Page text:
I think about the issue of exclusion with my own business, but I also know that while I make a luxury product, it’s also an unpopular one. There are never going to be a ton of people wanting them anyway, and I would be perfectly happy with someone saving up to buy just one and having that one be loved and cherished.
I love your generous gesture, and it is exactly the sort of thing that fosters community. I just returned from a weekend with people who enjoy the privilege of a somewhat expensive hobby, but who are so generous and caring that they “spread the wealth around” quite a bit. Some have more than others, whether it be money or talent or time, but they care enough about the other people that it narrows the differences. I hope someone makes something gorgeous with the Shelter!
I do agree with your points regarding the balance between consuming with care and intention and supporting the very people who provide us with the many choices . I am not sure how that particular equation can be balanced. Often, creativity comes from an abundance of choices be it of fine materials or just what is easily available. I love all that goes into making by hand, chiefly knitting and sewing but I have found a resource in thrift sweaters and yarns and if I must try a new yarn, a hat or a cowl is what I will invest in. I do believe in paying for my patterns and supporting independent designers because the time and effort they put in each pattern and I always learn a new skill from each pattern that I use. I would love to try the Brooklyn Tweed yarn you are offering and if you would want to spread your offering, I would love to make a hat or something small for my little guys. Thank you Sarah and I look forward to reading your posts, every single one of them. You give so much to think about while I am knitting!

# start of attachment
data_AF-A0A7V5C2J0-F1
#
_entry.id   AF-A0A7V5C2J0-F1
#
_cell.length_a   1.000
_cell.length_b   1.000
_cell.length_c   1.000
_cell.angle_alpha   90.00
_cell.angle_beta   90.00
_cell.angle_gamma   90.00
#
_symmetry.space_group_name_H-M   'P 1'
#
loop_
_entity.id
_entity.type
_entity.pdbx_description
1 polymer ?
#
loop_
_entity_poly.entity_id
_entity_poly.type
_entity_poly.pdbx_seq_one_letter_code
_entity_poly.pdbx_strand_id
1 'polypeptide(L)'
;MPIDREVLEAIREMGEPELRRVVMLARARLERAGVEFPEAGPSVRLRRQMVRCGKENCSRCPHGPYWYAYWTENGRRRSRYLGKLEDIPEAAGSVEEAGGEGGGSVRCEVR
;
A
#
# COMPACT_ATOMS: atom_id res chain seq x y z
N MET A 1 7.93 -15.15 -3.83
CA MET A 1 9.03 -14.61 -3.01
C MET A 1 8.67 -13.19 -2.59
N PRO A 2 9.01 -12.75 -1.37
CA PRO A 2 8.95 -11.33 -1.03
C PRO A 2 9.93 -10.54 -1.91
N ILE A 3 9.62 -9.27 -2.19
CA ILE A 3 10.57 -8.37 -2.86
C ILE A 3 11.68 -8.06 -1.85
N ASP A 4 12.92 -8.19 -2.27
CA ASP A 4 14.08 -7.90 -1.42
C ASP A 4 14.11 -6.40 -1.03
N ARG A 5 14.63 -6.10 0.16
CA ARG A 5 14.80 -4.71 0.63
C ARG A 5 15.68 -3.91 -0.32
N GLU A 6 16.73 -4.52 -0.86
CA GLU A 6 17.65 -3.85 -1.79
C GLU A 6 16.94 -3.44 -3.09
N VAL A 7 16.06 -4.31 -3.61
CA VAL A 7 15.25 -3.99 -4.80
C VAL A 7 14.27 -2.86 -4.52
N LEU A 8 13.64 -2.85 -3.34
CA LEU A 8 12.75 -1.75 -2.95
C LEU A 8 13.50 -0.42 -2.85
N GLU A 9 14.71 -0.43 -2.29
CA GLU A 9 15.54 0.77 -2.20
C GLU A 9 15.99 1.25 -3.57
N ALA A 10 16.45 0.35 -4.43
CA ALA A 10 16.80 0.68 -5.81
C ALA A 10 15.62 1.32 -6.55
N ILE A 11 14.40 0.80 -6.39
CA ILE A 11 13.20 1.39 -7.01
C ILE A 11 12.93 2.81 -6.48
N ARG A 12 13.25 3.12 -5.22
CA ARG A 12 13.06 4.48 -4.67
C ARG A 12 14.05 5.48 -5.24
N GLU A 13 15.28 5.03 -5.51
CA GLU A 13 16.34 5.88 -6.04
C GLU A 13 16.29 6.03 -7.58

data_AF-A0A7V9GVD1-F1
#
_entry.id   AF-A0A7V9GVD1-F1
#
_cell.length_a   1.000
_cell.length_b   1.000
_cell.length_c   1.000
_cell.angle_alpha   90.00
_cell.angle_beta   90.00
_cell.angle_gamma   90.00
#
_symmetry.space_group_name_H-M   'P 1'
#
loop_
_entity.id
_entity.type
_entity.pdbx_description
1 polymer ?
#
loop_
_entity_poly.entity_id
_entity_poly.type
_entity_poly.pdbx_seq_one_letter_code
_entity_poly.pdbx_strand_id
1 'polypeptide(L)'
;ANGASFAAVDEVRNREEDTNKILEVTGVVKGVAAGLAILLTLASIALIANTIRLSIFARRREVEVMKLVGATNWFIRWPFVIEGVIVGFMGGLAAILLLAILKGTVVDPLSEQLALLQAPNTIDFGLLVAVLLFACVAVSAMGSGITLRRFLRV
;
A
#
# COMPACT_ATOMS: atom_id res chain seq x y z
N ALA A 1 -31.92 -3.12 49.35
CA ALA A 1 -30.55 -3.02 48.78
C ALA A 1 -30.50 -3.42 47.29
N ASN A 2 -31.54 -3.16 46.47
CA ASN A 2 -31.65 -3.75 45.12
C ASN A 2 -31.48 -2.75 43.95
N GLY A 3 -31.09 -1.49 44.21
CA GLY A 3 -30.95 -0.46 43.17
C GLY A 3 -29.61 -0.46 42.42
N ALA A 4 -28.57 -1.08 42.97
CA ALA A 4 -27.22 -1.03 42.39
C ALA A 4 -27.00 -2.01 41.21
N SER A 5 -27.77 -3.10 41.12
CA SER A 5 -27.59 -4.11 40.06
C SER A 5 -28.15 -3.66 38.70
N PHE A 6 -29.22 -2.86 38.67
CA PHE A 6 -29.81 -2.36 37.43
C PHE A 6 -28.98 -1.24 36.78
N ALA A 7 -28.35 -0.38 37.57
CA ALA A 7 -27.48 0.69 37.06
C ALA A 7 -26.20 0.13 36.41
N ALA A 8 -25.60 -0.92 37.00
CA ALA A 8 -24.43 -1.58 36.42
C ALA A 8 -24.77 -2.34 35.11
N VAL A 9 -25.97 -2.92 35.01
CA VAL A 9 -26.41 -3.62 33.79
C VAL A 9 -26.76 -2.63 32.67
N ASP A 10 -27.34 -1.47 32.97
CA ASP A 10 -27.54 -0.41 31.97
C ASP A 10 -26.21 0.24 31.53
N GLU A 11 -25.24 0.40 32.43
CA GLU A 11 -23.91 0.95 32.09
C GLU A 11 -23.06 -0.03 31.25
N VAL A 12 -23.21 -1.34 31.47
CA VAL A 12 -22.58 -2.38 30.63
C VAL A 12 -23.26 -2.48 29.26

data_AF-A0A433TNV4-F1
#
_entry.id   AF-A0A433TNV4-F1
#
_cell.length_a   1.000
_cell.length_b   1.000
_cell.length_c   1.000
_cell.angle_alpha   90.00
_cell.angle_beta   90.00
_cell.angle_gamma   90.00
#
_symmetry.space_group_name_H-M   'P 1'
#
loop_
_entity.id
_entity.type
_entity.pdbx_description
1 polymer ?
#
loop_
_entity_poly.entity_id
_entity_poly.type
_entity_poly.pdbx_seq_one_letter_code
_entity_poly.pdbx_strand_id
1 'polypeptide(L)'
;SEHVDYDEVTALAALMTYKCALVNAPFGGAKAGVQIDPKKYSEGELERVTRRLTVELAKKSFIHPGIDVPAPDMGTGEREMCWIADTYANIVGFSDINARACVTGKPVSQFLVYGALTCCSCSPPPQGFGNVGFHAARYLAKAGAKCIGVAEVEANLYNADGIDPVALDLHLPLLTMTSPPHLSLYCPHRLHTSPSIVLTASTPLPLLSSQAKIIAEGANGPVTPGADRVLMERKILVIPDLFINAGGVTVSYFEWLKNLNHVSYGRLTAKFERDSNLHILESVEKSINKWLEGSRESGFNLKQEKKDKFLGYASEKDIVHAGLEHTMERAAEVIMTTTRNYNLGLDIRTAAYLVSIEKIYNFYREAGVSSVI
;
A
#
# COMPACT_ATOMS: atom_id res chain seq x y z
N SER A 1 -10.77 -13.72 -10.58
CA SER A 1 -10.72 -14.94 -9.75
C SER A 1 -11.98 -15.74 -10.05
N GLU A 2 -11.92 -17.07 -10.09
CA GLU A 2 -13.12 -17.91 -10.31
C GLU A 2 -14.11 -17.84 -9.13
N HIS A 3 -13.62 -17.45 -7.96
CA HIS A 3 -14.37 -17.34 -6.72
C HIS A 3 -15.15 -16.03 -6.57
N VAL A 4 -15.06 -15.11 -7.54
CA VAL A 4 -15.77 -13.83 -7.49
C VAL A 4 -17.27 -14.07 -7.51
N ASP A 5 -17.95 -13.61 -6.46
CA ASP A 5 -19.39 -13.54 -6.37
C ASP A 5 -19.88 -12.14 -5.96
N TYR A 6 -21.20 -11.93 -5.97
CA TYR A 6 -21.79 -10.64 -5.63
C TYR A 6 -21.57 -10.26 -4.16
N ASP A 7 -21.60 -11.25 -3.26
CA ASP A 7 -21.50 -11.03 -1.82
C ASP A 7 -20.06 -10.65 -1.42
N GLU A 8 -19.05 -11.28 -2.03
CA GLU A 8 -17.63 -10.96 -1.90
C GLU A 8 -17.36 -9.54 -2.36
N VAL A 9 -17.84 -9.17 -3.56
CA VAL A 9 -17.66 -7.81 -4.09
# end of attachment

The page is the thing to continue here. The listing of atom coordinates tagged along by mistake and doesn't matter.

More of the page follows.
Sarah – as always when I visit your blog, a lovely, thoughtful post that speaks to me on a number of levels. As some one on the small producer side of things, I am always grateful when someone wishes to spend even a few dollars on something I have crafted with my hands – a validation of my work and but also a way to put food on the table. I find such joy and happiness in creating things – I think that’s part of being human. But I also know not everyone has the funds and time (or maybe interest in the craft) to make their own clothing. You’ve given me a lot of food for thought over this morning’s cup of tea. Thank you!
I really loved Bristol Ivy’s thoughts. I knit several items per year, but have always been hesitant to post them on Ravelry because they’re often made with less expensive yarns that I’m sure many other knitters look down upon. But hey, with a little guy at home (and hopefully more in the future) and one income for the time being because of prohibitive childcare costs that necessitate me staying at home, it’s what fits into our family’s budget. I also prioritize buying healthier, organic food that everyone in the family benefits from over spending money on craft materials for just me (not that other people don’t or should do the same, just sheds light on how we divide up our disposable income).